April 18, 2021

DCTRS

Damascus Center for Theoretical and Civil Rights Studies

‘Tom & Jerry’ review: Cat and mouse are underutilized

The Times is committed to reviewing theatrical film releases during the COVID-19 pandemic. Because moviegoing carries risks during this time, we remind readers to follow health and safety guidelines as outlined by the Centers for Disease Control and Prevention and local health officials.

If there is one thing that can be said about “Tom & Jerry,” it’s that the beloved cat and mouse spend most of their time in the movie doing what they do best: playing a hyper-destructive game of cat-and-mouse. But that really isn’t enough to justify taking this nostalgia bait.

To be fair, having non-verbal characters best known for animated shorts carry a 101-minute movie is a difficult ask. Instead, Warner Bros. Pictures’ live-action/animation hybrid, out now in theaters and HBO Max, sees William Hanna and Joseph Barbera’s classic cartoon rivals plopped into modern-day New York for an adventure that mostly revolves around humans played by Chloë Grace Moretz, Michael Peña, Rob Delaney, Colin Jost and Pallavi Sharda.

Directed by Tim Story from a script by Kevin Costello, “Tom & Jerry” is set in a version of the world where all animals — from pets to potential ingredients to exhibits in a museum — are cartoons. That they are portrayed in a more classical 2-D animated look instead of the 3DCG approach taken by other recent live-action/animation hybrids does add to its charm.

The movie starts with Tom and Jerry trying to make new starts in the city. The pair quickly cross paths in a park when Jerry tries to crash Tom’s attempt at making some quick cash as a street performer, establishing their antagonistic relationship. Their ensuing high jinks also lead to innocent bystander Kayla (Moretz) losing her job, setting up the main human storyline.

The majority of the subsequent action is set within a swanky hotel where Kayla fibs her way into getting hired for a job for which she is not quite qualified as it staffs up in anticipation of the upcoming wedding of social media “it” couple Preeta (Sharda) and Ben (Jost). Though Kayla charms the manager (Delaney) to get the position, the event manager Terence (Peña) dislikes her from the start.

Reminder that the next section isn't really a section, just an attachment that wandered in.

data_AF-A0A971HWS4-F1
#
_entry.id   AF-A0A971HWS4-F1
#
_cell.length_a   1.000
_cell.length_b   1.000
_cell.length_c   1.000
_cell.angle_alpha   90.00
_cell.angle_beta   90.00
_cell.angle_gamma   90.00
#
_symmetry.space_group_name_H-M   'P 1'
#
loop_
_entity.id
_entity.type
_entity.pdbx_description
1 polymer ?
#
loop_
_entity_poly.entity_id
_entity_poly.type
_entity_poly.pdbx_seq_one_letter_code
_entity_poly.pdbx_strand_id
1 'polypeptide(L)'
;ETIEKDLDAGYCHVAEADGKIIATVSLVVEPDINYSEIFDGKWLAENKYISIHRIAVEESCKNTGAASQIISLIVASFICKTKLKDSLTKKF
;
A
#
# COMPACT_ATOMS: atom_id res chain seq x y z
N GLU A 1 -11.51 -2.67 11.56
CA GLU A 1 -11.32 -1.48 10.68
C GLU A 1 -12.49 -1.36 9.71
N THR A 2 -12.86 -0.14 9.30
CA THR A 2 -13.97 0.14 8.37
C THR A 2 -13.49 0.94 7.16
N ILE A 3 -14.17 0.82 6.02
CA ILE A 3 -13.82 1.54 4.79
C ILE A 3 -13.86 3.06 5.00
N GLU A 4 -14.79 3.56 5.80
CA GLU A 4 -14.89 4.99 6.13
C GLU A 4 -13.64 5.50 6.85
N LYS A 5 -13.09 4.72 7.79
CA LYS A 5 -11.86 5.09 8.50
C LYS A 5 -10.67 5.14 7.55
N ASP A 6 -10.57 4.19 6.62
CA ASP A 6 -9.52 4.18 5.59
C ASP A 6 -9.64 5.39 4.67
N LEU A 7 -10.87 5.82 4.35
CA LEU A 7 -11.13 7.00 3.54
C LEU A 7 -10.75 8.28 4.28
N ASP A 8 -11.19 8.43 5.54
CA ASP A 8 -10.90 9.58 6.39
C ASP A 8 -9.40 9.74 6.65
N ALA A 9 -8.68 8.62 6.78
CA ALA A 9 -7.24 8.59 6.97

The human storyline just doesn’t deliver. It’s hard to figure out what character you are meant to root for because the movie doesn’t give the audience enough to really understand their motivations. It’s a credit to the actors that they are not all completely unlikeable. That said, Delaney and Patsy Ferran, who plays the quirky bellhop Joy, are among the highlights.

Tom and Jerry, each interested in making the fancy hotel their home, unfortunately become secondary to Kayla’s quest to prove she can handle the job. The moments when neither are around particularly drag and “Tom & Jerry” doesn’t quite land its message about the difficulty of being a young adult hitting the job market in the current gig economy.

The slapstick physical comedy does provide some laughs, and coupled with the toilet humor “Tom & Jerry” will likely appeal to some members of the family audience.

Still, if you’re in a mood for this flavor of cartoon violence, you’re better off hunting down the classic shorts or episodes of Tom and Jerry’s past TV shows.

‘Tom & Jerry’

Rated: PG, for cartoon violence, rude humor and brief language

Running time: 1 hour, 41 minutes

Playing: Paramount Drive-in, Paramount; Regency the Plant Drive-in, Van Nuys; Mission Tiki Drive-in, Montclair; in general release where theaters are open; also on HBO Max